Executive Compensation Policies

Stock Ownership Guidelines

Otter Tail Corporation has established common share ownership guidelines to ensure that the executive officers remain focused on long-term shareholder value. The ownership guidelines provide that an executive’s minimum stock ownership requirement is based on the value of the executive’s holdings as a multiple of the executive’s base salary. The stock ownership guidelines are as follows: Mr. MacFarlane, five times base salary; Mr. Moug, Mr. Rogelstad, and Mr. Abbott, two times base salary; and Ms. Smestad, one times base salary. For purposes of satisfying the ownership guidelines, unvested restricted stock units are included. Officers are given five years to meet the guidelines from the time they are subject to an initial or increased holding guideline. Additionally, for all awards granted on or after June 22, 2017, each executive must hold 100% of shares received (net of tax) pursuant to stock awards until the applicable ownership guideline has been met. The Compensation Committee may grant waivers of the ownership or holding requirements in special circumstances. At the date of this Proxy Statement, all executive officers met the ownership guidelines or are within their five-year accumulation period.

Hedging Policy

Our Board of Directors believes that the interests of our executive officers and Directors should be aligned with the interests of our shareholders. As a result, we have adopted a hedging policy that prohibits all executive officers and Directors from engaging in transactions that are designed to hedge or offset any decrease in the market value of Otter Tail Corporation’s securities, including short sales of Otter Tail Corporation’s securities; transactions inputs, calls or other derivative securities; and hedging and monetization transactions, such as zero-cost collars and forward sale contracts. They are also prohibited from pledging these securities as collateral for a loan.

Deductibility of Executive Compensation

Section 162(m) of the U.S. Internal Revenue Code (“Section 162(m)”) imposes a $1,000,000 annual deduction limit on compensation payable to certain current and former executive officers. The Compensation Committee intends to pay competitive compensation consistent with our philosophy to attract, retain and motivate executive officers to manage our businesses in the best interests of Otter Tail Corporation and its shareholders. The Compensation Committee, therefore, may choose to provide non-deductible compensation to our executive officers if it deems such compensation to be in the best interests of Otter Tail Corporation and its shareholders.

Prior to the Tax Cuts and Jobs Act (the “Act”), Section 162(m) permitted a deduction for compensation in excess of $1,000,000 paid to a covered executive if specified requirements related to our performance were met and shareholder approval was obtained. The Act eliminated the exception to the deduction limit for qualified performance-based compensation (and broadened the application of the deduction limit to certain current and former executive officers who previously were exempt from such limit). However, the Act also included a transition provision which exempts from the above changes performance-based compensation payable under a written binding agreement that was in effect on November 2, 2017, if such agreement is not subsequently materially amended. As a result of the transition rule, certain performance-based awards that were outstanding as of November 2, 2017 but which may vest and pay out in future tax years may be fully deductible if they qualify for transition relief.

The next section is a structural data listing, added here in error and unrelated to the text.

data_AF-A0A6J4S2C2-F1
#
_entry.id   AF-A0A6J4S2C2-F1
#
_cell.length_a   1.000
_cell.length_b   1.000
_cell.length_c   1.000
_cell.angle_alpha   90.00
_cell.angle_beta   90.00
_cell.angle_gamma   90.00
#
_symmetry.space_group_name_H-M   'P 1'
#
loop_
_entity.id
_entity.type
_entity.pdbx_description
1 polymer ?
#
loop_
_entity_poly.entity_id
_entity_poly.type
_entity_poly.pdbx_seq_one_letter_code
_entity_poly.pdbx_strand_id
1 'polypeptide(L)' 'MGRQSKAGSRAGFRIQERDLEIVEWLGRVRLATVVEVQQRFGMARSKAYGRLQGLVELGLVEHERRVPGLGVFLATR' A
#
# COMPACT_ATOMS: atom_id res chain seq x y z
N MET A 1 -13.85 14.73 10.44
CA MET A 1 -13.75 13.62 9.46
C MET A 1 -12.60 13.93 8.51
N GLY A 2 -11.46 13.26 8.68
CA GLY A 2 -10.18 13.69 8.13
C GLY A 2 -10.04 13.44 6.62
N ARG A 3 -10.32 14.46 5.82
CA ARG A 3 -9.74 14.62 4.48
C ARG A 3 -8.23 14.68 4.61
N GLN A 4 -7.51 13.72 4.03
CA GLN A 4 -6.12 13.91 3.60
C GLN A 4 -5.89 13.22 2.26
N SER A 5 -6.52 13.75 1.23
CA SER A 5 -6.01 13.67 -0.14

24


Table of Contents

Compensation Policies and Risk

Otter Tail Corporation believes that its compensation policies and practices for its employees are such that they do not create risk that is reasonably likely to have a material adverse effect on Otter Tail Corporation. As described in this Proxy Statement, the Named Executive Officers of Otter Tail Corporation are paid two forms of incentive compensation. Annual incentives are measured against corporate earnings per share, corporate ROE, platform net income, platform ROE, workplace safety and individual performance. These financial and safety measures are transparent, subject to review and the Clawback Policy, and can be verified by audit. Only a portion of annual incentive, individual performance, is discretionary. Otter Tail Corporation’s long-term incentives are based upon total shareholder return and three-year adjusted ROE and are transparent and subject to review and the Clawback Policy. Otter Tail Corporation believes there is little room for manipulation and a relatively low level of risk. To the extent that incentive compensation is used for other employees at Otter Tail Corporation, consistent practices are followed. Otter Tail Corporation’s employee compensation policies and practices, including those that apply to our executive officers, were reviewed and discussed first by the executive team, including its Vice President of Human Resources, and then by the Compensation Committee and the Board of Directors.

 

 

Report of Compensation Committee

The Compensation Committee of Otter Tail Corporation’s Board of Directors is composed of four independent Directors as defined by the Nasdaq Listing Standards and operates under a written charter adopted by the Board of Directors. The Compensation Committee reviewed and discussed with management the foregoing CD&A. Based upon that review and discussion with management and its independent review of the CD&A, the Compensation Committee has recommended to the Board of Directors that the CD&A be included in this Proxy Statement and in Otter Tail Corporation’s Annual Report on Form 10-K for the year ended December 31, 2019, filed with the SEC.